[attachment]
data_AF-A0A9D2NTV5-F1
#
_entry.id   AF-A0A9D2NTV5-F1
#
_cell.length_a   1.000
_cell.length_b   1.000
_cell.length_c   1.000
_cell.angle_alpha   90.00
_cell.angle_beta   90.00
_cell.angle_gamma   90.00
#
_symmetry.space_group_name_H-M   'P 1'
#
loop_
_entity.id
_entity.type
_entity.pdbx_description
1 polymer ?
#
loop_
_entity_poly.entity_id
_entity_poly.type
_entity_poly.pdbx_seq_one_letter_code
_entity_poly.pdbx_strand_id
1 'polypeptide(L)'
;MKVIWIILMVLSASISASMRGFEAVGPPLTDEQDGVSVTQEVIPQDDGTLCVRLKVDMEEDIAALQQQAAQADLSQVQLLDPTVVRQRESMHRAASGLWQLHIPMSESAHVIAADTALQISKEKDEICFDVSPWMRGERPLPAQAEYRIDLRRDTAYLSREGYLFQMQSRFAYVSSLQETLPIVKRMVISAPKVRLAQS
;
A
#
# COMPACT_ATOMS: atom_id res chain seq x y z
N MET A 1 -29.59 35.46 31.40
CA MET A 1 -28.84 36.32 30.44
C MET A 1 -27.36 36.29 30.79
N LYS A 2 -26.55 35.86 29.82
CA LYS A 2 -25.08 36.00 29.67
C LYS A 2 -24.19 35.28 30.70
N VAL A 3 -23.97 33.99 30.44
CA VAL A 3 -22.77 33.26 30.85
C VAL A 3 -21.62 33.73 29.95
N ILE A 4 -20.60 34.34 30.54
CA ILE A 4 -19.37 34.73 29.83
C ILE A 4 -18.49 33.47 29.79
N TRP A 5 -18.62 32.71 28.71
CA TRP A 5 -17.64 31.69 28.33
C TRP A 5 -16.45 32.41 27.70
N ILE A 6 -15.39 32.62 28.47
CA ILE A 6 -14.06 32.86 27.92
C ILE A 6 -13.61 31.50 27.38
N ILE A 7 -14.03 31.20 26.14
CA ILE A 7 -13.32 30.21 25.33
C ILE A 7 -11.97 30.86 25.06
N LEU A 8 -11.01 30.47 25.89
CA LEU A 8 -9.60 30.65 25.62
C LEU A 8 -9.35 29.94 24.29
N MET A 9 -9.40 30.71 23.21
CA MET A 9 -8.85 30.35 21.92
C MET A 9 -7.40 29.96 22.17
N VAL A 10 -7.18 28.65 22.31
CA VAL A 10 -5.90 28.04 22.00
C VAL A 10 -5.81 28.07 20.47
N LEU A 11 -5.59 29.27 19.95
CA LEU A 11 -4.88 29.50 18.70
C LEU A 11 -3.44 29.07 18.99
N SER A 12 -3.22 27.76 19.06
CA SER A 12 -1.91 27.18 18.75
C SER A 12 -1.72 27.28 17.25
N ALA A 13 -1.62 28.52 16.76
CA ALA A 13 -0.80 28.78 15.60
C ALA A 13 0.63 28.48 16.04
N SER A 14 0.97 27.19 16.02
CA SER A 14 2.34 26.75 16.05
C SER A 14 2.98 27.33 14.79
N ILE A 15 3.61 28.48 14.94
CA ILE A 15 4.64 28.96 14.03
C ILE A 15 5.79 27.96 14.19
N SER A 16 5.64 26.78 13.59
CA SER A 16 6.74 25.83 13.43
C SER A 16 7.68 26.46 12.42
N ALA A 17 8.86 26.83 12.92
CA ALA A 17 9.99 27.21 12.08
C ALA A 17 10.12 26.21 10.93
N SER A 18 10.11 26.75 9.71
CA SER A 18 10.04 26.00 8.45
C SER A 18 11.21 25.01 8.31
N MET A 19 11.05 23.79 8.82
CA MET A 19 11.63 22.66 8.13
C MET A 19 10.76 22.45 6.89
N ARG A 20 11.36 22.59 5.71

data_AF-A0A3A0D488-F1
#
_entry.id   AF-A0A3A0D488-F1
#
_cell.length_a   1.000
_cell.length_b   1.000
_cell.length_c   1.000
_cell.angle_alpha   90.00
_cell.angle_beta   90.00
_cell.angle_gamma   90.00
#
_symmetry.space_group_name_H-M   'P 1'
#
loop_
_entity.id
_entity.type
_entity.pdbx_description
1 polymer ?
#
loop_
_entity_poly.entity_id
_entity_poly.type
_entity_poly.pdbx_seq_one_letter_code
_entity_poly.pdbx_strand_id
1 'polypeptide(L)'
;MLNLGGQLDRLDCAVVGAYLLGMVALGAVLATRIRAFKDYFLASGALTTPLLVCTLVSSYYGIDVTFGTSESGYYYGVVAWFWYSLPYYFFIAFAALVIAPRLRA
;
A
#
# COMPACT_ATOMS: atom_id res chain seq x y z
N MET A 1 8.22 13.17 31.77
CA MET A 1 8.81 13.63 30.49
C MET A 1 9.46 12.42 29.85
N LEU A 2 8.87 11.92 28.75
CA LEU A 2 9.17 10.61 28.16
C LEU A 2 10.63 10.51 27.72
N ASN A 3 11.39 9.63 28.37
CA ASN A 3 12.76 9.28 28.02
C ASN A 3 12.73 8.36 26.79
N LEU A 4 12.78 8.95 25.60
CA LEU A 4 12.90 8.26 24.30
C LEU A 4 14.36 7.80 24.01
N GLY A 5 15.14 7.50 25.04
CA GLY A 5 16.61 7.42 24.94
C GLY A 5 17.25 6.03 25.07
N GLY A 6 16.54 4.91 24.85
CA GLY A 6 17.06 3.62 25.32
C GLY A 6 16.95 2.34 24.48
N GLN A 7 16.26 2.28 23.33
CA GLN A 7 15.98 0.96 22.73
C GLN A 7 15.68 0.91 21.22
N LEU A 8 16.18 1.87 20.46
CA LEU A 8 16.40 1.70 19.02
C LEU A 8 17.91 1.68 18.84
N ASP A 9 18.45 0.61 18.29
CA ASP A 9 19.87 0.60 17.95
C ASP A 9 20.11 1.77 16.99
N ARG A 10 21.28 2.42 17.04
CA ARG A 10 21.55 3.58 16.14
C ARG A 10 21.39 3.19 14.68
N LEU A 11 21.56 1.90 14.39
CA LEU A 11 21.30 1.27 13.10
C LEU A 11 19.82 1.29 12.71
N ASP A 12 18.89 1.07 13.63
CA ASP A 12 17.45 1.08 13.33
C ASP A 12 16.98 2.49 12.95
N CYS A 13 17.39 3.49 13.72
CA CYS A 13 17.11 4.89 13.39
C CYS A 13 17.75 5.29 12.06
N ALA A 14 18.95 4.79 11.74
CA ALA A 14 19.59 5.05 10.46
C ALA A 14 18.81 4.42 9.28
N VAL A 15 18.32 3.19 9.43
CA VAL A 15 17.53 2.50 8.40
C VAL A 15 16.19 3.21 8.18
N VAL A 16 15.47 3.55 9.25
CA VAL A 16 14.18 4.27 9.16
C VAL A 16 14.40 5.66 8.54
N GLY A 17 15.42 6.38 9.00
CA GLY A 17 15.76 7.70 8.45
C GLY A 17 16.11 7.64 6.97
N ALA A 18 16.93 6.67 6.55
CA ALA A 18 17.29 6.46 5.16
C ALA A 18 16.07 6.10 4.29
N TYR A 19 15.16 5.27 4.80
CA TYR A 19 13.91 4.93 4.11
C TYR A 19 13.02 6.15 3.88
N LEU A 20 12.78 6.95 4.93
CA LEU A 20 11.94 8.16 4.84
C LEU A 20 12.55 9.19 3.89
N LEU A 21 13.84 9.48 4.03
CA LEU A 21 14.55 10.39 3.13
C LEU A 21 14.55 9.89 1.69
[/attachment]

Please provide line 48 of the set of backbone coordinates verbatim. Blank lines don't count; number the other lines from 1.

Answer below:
C ILE A 6 -13.61 31.50 27.38